According to a meta-analysis study in 2015 that considered 226 studies, the practice of oral and breathing exercises lowered subjects’ apnea–hypopnea index (an index of the severity of apnea based on how many times and for how long breathing ceases per hour of sleep) by 50%. So, what exactly are oral exercises? It may sound a little odd at first, but Sarah Hornsby is a myofunctional therapist who teaches people how to strengthen their tongue, throat, breathe through their nose, and keep their tongue resting at the roof rather than the bottom of their mouth through a series of exercises she leads via Skype-based appointments, video programs, and YouTube videos. Her goal is to make this knowledge and resource globally accessible to the many people who are unnecessarily suffering or unaware that there is an actual fixable problem underlying their daily fatigue.
“It really is something that actually addresses root causes, and I appreciate that so much because I feel like a lot of what we do in modern medicine and dentistry is just about treating symptoms,” says Hornsby. In addition to sleep apnea, headaches, jaw pain, neck pain, teeth grinding, and chronic sinus issues are just a few of the symptoms associated with oral myofunctional and breathing problems. Ultimately, a person’s overall health and well-being can be severely compromised by something that’s treatable without the use of pills or bothersome devices.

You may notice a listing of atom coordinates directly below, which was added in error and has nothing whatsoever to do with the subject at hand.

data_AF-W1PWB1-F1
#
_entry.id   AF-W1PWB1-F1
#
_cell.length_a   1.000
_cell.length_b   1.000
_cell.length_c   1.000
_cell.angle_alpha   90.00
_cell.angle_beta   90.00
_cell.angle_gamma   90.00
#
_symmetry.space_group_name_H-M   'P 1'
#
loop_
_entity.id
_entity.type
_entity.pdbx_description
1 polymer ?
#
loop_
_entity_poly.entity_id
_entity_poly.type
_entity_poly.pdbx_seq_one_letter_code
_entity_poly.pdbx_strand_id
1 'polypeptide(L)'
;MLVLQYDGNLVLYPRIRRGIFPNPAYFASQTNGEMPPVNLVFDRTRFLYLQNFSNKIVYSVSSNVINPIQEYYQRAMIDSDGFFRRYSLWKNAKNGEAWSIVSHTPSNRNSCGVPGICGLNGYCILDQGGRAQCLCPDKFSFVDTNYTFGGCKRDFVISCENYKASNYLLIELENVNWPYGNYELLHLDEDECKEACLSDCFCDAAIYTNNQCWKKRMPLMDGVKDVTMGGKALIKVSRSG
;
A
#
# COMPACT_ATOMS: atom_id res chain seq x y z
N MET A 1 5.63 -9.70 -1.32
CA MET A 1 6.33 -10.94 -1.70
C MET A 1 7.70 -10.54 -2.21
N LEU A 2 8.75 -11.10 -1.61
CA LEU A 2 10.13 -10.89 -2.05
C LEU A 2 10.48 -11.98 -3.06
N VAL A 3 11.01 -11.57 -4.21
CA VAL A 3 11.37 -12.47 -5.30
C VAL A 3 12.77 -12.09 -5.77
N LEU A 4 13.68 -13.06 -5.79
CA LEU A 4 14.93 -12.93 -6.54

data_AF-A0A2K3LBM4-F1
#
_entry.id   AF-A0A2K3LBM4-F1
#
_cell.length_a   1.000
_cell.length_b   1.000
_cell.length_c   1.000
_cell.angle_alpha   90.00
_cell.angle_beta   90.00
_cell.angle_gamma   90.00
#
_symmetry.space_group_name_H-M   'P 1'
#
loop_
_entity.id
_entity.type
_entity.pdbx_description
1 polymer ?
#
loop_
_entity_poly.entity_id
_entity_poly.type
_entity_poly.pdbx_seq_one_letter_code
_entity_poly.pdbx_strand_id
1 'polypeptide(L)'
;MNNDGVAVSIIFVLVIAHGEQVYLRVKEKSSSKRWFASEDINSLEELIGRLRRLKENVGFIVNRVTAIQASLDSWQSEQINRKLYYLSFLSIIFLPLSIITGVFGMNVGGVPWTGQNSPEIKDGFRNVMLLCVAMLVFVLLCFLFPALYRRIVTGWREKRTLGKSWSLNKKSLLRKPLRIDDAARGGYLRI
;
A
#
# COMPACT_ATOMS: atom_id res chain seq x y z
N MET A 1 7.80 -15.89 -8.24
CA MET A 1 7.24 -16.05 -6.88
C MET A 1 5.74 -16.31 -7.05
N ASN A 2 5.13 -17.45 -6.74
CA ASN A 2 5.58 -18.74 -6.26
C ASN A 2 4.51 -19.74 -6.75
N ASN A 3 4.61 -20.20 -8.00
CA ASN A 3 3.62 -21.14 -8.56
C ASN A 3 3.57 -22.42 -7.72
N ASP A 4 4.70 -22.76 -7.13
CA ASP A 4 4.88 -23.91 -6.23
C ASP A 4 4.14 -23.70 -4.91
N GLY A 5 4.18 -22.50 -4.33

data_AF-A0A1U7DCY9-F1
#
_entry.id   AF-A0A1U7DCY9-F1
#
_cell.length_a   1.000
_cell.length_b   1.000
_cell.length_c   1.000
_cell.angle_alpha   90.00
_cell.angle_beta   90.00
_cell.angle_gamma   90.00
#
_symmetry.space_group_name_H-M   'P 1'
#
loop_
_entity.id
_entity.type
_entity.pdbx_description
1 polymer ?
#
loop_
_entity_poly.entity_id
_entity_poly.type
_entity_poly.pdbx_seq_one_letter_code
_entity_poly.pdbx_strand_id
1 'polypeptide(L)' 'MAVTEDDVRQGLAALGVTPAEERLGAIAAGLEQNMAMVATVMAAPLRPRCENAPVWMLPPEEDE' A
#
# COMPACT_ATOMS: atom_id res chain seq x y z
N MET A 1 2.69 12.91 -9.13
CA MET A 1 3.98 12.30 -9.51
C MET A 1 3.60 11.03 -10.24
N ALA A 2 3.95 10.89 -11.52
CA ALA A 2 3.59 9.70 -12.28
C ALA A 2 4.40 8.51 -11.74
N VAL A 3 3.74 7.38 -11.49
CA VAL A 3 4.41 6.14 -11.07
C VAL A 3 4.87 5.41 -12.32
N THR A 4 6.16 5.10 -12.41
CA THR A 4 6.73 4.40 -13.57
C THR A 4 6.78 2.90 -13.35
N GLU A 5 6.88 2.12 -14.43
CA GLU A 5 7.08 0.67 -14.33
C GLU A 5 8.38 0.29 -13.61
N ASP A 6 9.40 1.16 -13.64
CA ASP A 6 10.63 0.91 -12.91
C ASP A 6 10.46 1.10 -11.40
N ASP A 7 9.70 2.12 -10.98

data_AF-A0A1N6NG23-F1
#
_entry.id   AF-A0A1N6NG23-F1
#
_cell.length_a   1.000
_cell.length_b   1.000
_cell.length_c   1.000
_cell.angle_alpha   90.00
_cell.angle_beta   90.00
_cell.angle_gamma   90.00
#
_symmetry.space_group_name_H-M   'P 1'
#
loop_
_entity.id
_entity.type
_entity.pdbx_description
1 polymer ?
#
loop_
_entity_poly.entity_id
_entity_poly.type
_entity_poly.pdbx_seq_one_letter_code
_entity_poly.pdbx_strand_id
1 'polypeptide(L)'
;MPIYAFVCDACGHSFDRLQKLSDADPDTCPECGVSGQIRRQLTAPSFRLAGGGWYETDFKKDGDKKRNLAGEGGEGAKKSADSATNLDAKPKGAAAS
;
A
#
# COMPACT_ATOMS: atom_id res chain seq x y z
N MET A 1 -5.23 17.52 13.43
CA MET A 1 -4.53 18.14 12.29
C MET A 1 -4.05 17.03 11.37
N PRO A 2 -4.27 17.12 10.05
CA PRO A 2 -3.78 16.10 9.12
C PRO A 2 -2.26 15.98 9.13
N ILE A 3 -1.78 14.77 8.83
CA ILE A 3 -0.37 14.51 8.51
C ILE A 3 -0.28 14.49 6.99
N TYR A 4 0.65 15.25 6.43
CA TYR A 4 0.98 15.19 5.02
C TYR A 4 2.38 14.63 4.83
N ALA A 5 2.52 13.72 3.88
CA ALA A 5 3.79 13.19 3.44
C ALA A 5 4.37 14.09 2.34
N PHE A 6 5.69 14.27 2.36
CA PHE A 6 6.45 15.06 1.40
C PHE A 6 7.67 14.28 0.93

Hornsby makes for an insightful and eye-opening conversation that covers everything from craniofacial development and growth in children (and how it can be altered by the position of the tongue in the mouth), why snoring shouldn’t be brushed off as simply a nuisance, the importance of the respiratory disturbance index in evaluating the seriousness of a person’s sleep apnea, and what an initial consultation with her would look like.
Press play to hear the full conversation, find her videos on YouTube, and visit https://myfaceology.com/ to learn more.